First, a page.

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Grusendorf_v_Oklahoma_City - 1 Greg Grusendorf...

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Greg Grusendorf, Plaintiff-Appellant, v. City of Oklahoma City, a municipal corporation; Jimmy R. Catledge, Fire Chief, City of Oklahoma City; Paul Benson, Assistant Fire Chief, City of Oklahoma City and John D. Parasich, Assistant Training Officer, City of Oklahoma City, Defendants-Appellees No. 85-1807 UNITED STATES COURT OF APPEALS FOR THE TENTH CIRCUIT *816 F.2d 539;* 1987 U.S. App. LEXIS 5133; 2 I.E.R. Cas. (BNA) 51 April 17, 1987, Filed *PRIOR HISTORY:* [**1] APPEAL FROM THE UNITED STATES DISTRICT COURT FOR THE WESTERN DISTRICT OF OKLAHOMA (CIV-85-124-E). Plaintiff-Appellant. Diane Davis Huckins, Assistant Municipal Counselor (Robert D. Allen, Municipal Counselor, with her on the brief), Attorney for Defendant-Appellee. Richard C. Smith, Assistant Municipal Counselor, Attorney for Defendants-Appellees, Catlege, Benson and Parasich. *JUDGES:* Barrett and Tacha, Circuit Judges, and Jenkins, * District Court Judge. * The Honorable Bruce S. Jenkins, United States District Court Judge for the District of Utah, sitting by designation. *OPINIONBY:* BARRETT *OPINION:* [*540] BARRETT, Circuit Judge. On December 14, 1984, appellant Greg Grusendorf took three puffs from a cigarette while on a lunch break from his job as a firefighter trainee with the Oklahoma City Fire Department. He was fired that afternoon by his supervisor on the grounds that he had violated the terms of an agreement he signed as a precondition of employment that he would not smoke a cigarette, either on or off duty, for a period of one year from the time he began work. Grusendorf brought suit against the City of Oklahoma City and his supervisors at the Oklahoma [**2] City Fire Department under 42 U.S.C. § 1983, claiming his constitutional rights of liberty, privacy, property and due process had been violated. The 1
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district court for the Western District of Oklahoma granted the defendants' motion to dismiss Grusendorf's suit and awarded the defendants $2,250 in attorney's fees. Grusendorf first applied for a position as firefighter with the Oklahoma City Fire Department in January, 1983, but was not hired. He thereafter devoted his energies to becoming a qualified applicant for future openings with the fire department by studying firefighting manuals, getting into top physical condition and, finally, giving up cigarette smoking. When the Oklahoma City Fire Department announced openings for the position of firefighter trainee in September, 1984, Grusendorf applied again. After taking a written examination, a physical ability test, and receiving a medical checkup by a physician, Grusendorf was ranked fifth on a list of four hundred applicants. He was hired in October, 1984, as a firefighter trainee. Upon being hired, Grusendorf signed a certificate indicating that he had read and understood the fire department's non-smoking rule for firefighter trainees [**3] and agreed to abide by it. The incident that precipitated Grusendorf's dismissal occurred when,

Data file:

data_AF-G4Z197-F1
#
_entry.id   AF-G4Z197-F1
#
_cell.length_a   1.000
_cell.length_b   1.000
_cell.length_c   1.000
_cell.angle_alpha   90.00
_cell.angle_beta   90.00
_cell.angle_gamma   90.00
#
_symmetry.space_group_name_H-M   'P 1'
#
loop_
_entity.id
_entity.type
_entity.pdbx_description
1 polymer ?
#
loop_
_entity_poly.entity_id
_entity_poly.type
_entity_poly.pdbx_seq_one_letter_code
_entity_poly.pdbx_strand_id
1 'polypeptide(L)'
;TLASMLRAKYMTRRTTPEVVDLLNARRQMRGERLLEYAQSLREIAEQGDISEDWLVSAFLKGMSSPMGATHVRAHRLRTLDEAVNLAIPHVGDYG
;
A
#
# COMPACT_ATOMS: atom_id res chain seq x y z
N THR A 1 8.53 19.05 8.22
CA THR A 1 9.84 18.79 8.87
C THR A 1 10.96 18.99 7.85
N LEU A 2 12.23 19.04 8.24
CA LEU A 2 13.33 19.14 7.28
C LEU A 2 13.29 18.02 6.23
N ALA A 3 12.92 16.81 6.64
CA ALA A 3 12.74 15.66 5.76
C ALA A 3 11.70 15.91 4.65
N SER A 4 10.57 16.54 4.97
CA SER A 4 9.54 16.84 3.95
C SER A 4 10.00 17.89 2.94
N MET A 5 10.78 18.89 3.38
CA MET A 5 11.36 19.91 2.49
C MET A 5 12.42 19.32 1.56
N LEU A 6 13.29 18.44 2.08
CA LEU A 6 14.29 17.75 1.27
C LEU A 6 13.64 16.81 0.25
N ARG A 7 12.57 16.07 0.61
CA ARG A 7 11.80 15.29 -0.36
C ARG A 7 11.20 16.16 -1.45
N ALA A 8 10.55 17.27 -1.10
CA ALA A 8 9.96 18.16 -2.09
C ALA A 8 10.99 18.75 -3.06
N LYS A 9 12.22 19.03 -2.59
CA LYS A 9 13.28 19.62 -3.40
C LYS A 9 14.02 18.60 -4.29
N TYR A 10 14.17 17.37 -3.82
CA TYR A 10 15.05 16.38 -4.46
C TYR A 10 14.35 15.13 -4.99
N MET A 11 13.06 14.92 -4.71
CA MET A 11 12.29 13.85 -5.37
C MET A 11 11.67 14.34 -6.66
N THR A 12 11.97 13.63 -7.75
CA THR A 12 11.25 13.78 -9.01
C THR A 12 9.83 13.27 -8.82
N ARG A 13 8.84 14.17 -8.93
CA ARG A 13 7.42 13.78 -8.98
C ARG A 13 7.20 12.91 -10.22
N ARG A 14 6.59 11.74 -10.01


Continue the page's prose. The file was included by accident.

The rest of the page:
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  • '10
  • Nuger,Kenneth
  • Supreme Court of the United States, Fourteenth Amendment to the United States Constitution, Oklahoma City, S. Ct., L. Ed., Greg Grusendorf

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Grusendorf_v_Oklahoma_City - 1 Greg Grusendorf...

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